'Martin Luther tells us that we are to use God’s name in every time of need to call upon, pray to, praise, and give thanks to God.'
The Sixteenth Sunday after Pentecost
September 12, 2021
The Rev. Maurice C. Frontz III
It all begins with a spark. The great
wildfires in California, in Oregon, in Idaho, these conflagrations that destroy
property and consume forests and kill human beings, begin with a spark –
perhaps lightning kindling dry brushwood, or with a careless or intentional act
by a human being. From a small spark, it gets out of control – and who knows
how to bring it into control?
Twenty years ago, it began with a spark. It
did not begin with plans or planes. It began long before September 11, 2001,
with someone saying, ‘This is intolerable; we must do something about it.’ And
from there, it all came: the ‘declaration of holy war,’ indeed, the idea of
holy war – the concept of killing the innocent to punish those who were
conceived as guilty, and the recruitment of the impressionable with promises of
heaven if only they would help in the act of murder. Twenty years later, the
fire still burns in our hearts; the memory of those who died and the illness,
trauma, and fear in the lives of those who brushed death themselves and who
lost loved ones that day. In the lives of Afghanis who had their lives turned
upside down, and now upside down again, and all those who were collateral
damage, whether our soldiers or their civilians. And all began with a spark, a
word of the tongue, set on fire by hell.
St. James warns Christians against the
tongue – it is a restless evil, he says. He does not warn us against planning
acts of terrorism – rather he warns us against blessing God and then cursing
others. It should be a logical impossibility – and yet it happens all the time.
And once we loose our lips against a friend or an enemy, we cannot control the
fire that is started. We must live with the consequences. Best not to speak at
all rather than to speak carelessly and thoughtlessly and with evil intent or
in an evil spirit.
So, St. James, on the tongue. We are taught
to keep our lips pure and free. But there is more to say about the tongue, that
is, about the words of Jesus. For he is the one of whom Isaiah prophecies: The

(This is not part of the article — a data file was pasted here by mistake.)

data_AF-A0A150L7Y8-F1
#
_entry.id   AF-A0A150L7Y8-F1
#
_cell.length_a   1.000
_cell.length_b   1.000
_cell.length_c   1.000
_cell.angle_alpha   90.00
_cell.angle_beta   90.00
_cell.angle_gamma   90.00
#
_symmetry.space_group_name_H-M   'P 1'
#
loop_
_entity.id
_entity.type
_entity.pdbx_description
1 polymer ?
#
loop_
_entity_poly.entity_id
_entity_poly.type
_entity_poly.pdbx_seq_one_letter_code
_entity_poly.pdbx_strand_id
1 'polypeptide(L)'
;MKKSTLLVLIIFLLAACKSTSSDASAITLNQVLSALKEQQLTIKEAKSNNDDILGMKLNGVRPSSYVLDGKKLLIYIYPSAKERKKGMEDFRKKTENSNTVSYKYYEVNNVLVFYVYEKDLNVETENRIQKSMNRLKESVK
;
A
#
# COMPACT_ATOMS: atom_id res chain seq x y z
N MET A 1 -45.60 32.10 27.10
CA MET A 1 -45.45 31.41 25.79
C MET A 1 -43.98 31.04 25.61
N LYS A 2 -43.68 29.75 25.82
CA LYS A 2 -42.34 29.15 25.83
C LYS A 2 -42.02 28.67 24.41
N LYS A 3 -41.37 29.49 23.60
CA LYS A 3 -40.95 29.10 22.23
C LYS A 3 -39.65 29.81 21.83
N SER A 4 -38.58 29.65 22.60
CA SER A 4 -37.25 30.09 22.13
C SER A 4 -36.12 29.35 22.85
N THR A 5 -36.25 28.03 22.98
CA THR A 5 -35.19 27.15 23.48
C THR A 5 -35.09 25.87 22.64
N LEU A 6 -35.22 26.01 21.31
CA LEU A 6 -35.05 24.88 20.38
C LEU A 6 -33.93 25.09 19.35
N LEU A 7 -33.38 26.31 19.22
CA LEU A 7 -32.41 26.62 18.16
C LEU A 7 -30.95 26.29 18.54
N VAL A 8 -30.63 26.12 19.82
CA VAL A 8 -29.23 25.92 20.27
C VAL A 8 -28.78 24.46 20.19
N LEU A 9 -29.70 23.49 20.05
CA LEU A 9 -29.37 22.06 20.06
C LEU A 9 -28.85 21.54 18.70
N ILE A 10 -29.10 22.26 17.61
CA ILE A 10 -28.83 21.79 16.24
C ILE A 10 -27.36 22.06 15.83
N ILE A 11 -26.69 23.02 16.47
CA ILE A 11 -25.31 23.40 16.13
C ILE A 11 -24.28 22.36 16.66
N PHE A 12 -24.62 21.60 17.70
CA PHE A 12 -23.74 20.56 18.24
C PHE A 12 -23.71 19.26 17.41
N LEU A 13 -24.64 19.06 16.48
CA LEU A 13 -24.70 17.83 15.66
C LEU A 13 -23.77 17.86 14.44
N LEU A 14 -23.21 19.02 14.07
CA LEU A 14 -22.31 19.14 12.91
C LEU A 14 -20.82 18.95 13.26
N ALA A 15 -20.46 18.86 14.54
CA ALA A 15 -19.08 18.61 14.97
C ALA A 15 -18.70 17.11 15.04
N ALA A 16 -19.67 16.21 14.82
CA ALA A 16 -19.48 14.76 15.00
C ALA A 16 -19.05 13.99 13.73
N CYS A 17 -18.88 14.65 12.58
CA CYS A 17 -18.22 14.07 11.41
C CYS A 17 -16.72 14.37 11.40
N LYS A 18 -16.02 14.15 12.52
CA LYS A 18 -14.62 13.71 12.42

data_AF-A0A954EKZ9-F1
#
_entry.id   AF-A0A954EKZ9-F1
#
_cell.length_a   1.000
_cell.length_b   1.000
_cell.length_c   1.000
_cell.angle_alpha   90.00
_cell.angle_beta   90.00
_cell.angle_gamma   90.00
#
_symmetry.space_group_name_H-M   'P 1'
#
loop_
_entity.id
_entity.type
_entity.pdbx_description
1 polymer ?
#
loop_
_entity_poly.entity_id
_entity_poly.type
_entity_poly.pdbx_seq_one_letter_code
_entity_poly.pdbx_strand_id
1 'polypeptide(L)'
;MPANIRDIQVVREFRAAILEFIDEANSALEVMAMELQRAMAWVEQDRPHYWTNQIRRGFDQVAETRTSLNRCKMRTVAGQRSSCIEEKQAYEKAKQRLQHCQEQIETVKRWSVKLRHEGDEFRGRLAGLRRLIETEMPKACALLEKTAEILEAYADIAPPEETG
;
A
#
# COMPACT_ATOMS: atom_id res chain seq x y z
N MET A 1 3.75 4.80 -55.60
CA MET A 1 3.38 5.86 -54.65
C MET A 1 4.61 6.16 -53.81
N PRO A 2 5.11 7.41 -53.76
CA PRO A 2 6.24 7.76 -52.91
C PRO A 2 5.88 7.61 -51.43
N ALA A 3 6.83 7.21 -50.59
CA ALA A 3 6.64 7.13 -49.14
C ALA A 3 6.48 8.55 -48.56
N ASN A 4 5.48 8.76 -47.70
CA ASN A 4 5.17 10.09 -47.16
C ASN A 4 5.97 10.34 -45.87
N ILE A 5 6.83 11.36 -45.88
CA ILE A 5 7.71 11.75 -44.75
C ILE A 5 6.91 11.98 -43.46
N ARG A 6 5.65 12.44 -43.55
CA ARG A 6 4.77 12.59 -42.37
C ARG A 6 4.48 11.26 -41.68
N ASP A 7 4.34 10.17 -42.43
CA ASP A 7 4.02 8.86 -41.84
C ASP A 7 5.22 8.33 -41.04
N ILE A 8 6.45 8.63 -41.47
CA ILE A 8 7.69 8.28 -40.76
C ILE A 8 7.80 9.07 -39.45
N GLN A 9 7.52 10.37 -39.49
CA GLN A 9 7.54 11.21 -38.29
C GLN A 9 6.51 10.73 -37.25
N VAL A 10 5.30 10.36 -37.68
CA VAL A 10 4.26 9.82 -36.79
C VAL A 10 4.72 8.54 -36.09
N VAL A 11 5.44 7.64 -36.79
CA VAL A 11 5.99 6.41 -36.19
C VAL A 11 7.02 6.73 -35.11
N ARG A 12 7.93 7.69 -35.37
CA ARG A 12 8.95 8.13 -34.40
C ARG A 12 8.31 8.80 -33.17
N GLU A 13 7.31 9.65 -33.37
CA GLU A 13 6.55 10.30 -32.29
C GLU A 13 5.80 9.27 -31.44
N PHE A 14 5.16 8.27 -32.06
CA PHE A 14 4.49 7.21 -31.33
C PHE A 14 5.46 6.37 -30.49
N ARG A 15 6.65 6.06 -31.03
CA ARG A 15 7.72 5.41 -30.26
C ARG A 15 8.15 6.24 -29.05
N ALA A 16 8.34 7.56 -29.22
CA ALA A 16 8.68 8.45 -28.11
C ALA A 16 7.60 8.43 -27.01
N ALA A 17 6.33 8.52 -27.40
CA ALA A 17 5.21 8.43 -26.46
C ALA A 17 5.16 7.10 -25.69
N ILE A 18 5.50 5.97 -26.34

Lord God has given me the tongue of a teacher; that I may sustain the weary
with a word.’ In the Gospel lesson he teaches the disciples that he, whom
they proclaim as Messiah, must suffer and be rejected and be killed and on the
third day rise, and that those who follow him must be ready to suffer with him
that they may rise in glory with him.
And a teacher must know when to speak
gently and when to speak firmly. For Peter, the idea of Jesus being rejected
and suffering and dying does not square with his idea of Messiahship – not to
mention he does not want someone whom he cares about to go through it. How
often our advice to those we care about is diluted by our desire to not see
them suffer – as if suffering were something that could be avoided in life? But
Jesus rebukes Peter openly and says, ‘Get behind me, Satan!’ Does this mean
that Peter is Satan? Of course not, but the words he speaks are satanic – they
can be used to dissuade Jesus from completing his vocation. And so Jesus’ words
are meant to shock into recognition. And perhaps Jesus can see the shadowy
figure of Satan – whispering into Peter’s ear, putting words into his mouth,
and so he casts Satan out as he did in the wilderness.
James warns us about the use of the tongue
to sow the fires of dissension and destruction. Jesus teaches us his vocation
to suffer, die and be raised, and calls us to suffer with him, taking up our
own crosses and following him. And finally we are called to use our tongues in
the way that glorifies God. Psalm 116 says,
I called upon the
name of the LORD,
‘O LORD, I pray you, save my life.’
Martin Luther tells
us that we are to use God’s name in every time of need to call upon, pray to,
praise, and give thanks to God. Psalm 116 tells the story of one who has called
upon God and has been answered, who thanks God for what God has done.
Our hymns this
morning have praised God for all he has done for us:
O, that I had a
thousand voices/to praise my God with thousand tongues!
For the beauty of
the earth, for the beauty of the skies/
Christ our God, to
you we raise this our sacrifice of praise!
We are called upon
to confess what God has done in Christ. Even as Peter said, ‘You are the
Messiah,’ we say:
Sing, my tongue,
the glorious battle,
sing the ending of
Now above the
cross, the trophy,
Sound the loud
Tell how Christ,
the world’s redeemer,
As a victim won the
Lift high the
cross, the love of Christ proclaim,
‘Til all the world
adore his sacred name!
Finally, we are
called to use our tongues to build each other up and not tear them down, to
forgive and bless others and not to curse them, to teach each other what Jesus
has said to us and done for us.
The tongue is a
fire and can start terrible conflagrations, and yet by God’s redemption, we may
use the tongue to bless God and our neighbor and tell of the victory Jesus has
won through the cross.